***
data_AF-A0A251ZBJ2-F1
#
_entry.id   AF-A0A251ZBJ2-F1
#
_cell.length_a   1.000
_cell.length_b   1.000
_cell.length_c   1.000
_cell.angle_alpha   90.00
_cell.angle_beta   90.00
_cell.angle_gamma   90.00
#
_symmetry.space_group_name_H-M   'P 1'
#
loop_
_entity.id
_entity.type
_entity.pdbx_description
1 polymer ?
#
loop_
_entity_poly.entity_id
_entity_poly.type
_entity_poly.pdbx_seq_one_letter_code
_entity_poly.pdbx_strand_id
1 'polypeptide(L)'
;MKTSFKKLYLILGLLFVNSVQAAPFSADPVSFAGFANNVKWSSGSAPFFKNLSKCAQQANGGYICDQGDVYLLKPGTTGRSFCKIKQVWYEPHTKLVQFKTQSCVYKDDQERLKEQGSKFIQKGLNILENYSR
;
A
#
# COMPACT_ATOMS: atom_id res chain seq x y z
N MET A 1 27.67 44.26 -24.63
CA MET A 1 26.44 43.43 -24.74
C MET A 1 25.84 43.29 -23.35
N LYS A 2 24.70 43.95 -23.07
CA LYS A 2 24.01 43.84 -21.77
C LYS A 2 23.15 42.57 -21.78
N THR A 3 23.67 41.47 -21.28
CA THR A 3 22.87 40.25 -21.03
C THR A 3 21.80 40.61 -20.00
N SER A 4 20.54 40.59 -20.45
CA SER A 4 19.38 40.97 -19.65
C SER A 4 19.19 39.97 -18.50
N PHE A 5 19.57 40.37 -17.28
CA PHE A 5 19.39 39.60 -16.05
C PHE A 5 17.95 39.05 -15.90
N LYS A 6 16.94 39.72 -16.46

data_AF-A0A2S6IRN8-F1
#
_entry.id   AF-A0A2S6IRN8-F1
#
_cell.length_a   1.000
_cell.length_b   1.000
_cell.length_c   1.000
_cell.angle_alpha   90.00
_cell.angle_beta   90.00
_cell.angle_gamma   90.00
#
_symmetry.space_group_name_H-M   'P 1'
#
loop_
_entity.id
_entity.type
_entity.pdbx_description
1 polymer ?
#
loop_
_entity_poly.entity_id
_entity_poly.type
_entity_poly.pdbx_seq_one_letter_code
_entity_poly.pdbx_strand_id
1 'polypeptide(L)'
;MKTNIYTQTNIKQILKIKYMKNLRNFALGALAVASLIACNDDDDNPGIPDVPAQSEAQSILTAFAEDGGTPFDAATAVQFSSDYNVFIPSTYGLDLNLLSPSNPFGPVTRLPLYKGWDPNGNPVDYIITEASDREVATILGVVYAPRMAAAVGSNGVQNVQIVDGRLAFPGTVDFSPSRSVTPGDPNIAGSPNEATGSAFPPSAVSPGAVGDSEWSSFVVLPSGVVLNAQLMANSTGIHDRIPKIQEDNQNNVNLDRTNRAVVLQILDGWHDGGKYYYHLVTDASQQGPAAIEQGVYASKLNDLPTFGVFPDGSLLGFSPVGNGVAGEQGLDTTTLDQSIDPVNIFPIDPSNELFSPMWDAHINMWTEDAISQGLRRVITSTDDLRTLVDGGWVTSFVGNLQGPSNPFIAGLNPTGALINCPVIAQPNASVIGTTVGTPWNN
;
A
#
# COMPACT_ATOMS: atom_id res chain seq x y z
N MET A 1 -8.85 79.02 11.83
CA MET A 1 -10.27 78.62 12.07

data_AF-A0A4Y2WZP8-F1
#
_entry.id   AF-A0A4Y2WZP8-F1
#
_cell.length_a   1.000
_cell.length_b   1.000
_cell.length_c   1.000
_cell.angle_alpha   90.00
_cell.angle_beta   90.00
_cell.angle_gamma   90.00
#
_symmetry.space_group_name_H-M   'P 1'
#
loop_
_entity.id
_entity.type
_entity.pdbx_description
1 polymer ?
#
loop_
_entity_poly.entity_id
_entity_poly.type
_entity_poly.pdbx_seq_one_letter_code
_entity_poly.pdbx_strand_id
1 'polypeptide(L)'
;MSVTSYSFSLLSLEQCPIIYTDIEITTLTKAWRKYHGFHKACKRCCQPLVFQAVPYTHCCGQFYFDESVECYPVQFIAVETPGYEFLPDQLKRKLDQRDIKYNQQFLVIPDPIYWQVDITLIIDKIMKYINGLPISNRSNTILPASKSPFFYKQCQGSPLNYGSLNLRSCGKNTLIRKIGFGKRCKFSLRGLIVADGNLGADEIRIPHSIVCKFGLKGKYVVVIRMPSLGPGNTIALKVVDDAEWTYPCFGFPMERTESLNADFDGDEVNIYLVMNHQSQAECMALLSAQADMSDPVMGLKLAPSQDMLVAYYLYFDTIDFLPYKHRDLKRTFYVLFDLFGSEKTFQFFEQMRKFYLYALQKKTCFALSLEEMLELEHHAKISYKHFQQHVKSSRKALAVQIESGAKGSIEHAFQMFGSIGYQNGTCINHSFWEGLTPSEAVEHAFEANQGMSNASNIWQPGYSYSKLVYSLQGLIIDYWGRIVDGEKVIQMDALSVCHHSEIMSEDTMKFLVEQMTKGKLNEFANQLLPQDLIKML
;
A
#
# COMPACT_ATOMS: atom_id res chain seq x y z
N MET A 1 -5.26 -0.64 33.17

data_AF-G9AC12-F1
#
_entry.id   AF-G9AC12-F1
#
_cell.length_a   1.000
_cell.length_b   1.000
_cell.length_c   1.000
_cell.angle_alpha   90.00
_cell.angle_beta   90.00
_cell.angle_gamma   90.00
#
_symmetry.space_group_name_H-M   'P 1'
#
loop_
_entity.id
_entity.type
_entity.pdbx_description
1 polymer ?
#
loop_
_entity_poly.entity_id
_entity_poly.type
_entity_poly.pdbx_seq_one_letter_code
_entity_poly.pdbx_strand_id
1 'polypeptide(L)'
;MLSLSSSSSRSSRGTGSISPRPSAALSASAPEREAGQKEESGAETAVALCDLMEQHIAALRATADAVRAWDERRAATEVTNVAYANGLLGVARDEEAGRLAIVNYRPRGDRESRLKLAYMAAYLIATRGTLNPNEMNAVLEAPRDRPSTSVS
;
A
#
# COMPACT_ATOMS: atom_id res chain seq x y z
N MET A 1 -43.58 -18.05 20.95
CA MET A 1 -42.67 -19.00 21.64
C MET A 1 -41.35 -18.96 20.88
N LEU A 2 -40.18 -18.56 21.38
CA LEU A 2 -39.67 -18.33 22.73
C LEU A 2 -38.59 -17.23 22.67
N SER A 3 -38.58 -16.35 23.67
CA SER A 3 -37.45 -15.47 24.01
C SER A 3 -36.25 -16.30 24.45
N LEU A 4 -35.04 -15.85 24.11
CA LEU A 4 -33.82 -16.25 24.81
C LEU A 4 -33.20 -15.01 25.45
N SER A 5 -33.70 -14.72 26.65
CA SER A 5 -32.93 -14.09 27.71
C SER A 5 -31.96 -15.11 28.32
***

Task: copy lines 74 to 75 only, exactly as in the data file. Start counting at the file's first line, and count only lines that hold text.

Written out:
A
#